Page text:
United Arab Emirates


The United Arab Emirates ratified the Convention on the Elimination of All Forms of Discrimination Against Women (“CEDAW”) on October 6, 2004.


Upon ratification, the United Arab Emirates made reservations to articles 2f, 9, 15:2, 16 and 29:1 as described in detail below:

  • Article 2 (f): The United Arab Emirates, being of the opinion that this paragraph violates the rules of inheritance established in accordance with the precepts of the Shariah, makes a reservation thereto and does not consider itself bound by the provisions thereof.
  • Article 9: The United Arab Emirates, considering the acquisition of nationality an internal matter which is governed, and the conditions and controls of which are established, by national legislation makes a reservation to this article and does not consider itself bound by the provisions thereof.
  • Article 15 (2): The United Arab Emirates , considering this paragraph in conflict with the precepts of the Shariah regarding legal capacity, testimony and the right to conclude contracts, makes a reservation to the said paragraph of the said article and does not consider itself bound by the provisions thereof.
  • Article 16: The United Arab Emirates will abide by the provisions of this article insofar as they are not in conflict with the principles of the Shariah. The United Arab Emirates considers that the payment of a dower and of support after divorce is an obligation of the husband, and the husband has the right to divorce, just as the wife has her independent financial security and her full rights to her property and is not required to pay her husband’s or her own expenses out of her own property. The Shariah makes a woman’s right to divorce conditional on a judicial decision, in a case in which she has been harmed.
  • Article 29 (1): The United Arab Emirates appreciates and respects the functions of this article, which provides: “Any dispute between two or more States Parties concerning the interpretation or application of the present Convention which is not settled by negotiation shall, at the request of one of them, be submitted to arbitration. If within six months…the parties are unable…” [any one of those parties] “may refer the dispute to the International Court of Justice…” This article, however, violates the general principle that matters are submitted to an arbitration panel by agreement between the parties. In addition, it might provide an opening for certain States to bring other States to trial in defence of their nationals; the case might then be referred to the committee charged with discussing the State reports required by the Convention and a decision might be handed down against the State in question for violating the provisions of the Convention. For these reasons the United Arab Emirates makes a reservation to this article and does not consider itself bound by the provisions thereof.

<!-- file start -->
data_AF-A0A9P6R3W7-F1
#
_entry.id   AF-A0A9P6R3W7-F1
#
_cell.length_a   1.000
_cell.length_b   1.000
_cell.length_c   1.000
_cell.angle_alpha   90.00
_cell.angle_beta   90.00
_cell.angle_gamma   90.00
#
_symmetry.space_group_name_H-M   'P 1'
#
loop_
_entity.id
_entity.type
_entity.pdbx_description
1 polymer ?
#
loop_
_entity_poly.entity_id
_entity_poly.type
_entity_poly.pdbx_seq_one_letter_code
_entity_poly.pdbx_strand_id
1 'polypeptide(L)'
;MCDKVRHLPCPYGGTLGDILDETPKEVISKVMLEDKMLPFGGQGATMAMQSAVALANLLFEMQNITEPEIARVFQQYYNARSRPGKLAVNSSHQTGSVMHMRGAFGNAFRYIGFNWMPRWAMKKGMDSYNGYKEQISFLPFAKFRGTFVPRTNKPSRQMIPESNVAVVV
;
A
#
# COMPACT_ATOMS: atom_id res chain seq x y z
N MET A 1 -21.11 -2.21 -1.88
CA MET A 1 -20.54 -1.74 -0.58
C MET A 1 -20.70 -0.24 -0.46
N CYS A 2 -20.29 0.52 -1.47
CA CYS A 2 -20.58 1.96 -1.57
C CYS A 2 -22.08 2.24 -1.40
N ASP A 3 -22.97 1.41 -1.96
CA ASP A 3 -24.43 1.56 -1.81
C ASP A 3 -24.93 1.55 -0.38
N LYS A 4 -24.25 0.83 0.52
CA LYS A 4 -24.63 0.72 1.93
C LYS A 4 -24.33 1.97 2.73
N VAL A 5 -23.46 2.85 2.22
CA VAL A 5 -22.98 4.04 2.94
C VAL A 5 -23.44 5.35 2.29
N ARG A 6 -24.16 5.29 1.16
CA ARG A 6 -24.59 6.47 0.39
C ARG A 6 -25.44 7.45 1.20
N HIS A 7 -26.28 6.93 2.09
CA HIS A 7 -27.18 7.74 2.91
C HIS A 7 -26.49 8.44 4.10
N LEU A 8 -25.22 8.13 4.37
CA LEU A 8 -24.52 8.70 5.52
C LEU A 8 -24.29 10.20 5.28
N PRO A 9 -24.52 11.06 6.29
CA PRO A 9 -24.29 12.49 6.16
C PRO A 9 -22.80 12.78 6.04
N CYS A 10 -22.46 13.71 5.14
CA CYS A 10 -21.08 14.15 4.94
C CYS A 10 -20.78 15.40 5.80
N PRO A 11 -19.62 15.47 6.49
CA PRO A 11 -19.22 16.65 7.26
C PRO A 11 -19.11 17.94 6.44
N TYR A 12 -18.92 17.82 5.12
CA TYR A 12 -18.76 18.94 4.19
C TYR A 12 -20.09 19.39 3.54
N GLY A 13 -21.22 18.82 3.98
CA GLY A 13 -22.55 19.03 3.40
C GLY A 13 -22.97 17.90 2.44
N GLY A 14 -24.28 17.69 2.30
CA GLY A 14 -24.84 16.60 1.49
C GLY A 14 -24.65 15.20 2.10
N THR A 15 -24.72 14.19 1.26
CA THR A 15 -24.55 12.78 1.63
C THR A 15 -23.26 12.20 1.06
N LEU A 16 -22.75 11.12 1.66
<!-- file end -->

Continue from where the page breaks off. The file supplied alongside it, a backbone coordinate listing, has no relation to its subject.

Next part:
Summary of Official CEDAW Reports:

The United Arab Emirates has yet to submit their initial periodic report to the CEDAW Committee (“Committee”).

Summary of Shadow Reports:

To date, no shadow report has been submitted regarding the application of CEDAW in the United Arab Emirates.

Recent Updates:

In the United Arab Emirates, women’s personal status is governed by Islamic law. Muslim women are prohibited from marrying non-Muslim men and may not leave the country without permission from a male guardian. Although women typically receive child custody in cases of divorce when the children are under seven years old, older children often become the father’s legal charge.

Over the past several decades, women have enjoyed increased access to education, both primary and higher education. Female illiteracy hovers around 20% and approximately 87% of girls are enrolled in primary school. The majority of students enrolled in higher education tend to be women, because men often travel overseas to attend foreign universities while women generally attend national universities. In terms of employment, women comprise approximately 15% of the workforce, and are most prevalent in the fields of education, government and transportation (taxi drivers). Though this number is relatively low, it should be noted that under Islamic law, married women must seek their husband’s permission in order to work outside the home. Women are also seen in the private sector, as they are legally allowed to own businesses.

The government is actively trying to encourage female participation in the workforce, and guarantees public sector employment for all female applicants. However, very few women hold senior government positions, and in November 2004, a female minister was appointed for the first time. The movement to involve women in politics began in 2006 when a woman became the first elected female member of the national parliament. Currently, women occupy 9 seats out of 40 in the parliament.

On April 22, 2009, the Emirates News Agency released an article in which the United Arab Emirates’ Permanent Representative to the UN European Headquarters spoke of the importance of equality, as evidenced by the legal rights provided for in the national constitution as well as the recent accession to CEDAW.

Also on April 22, 2009, the Emirates News Agency reported in an article that the Minister of State for Foreign Affairs and Chairman of the National Committee to Combat Human Trafficking announced that the United Arab Emirates is committed to combating trafficking, especially among women and children.

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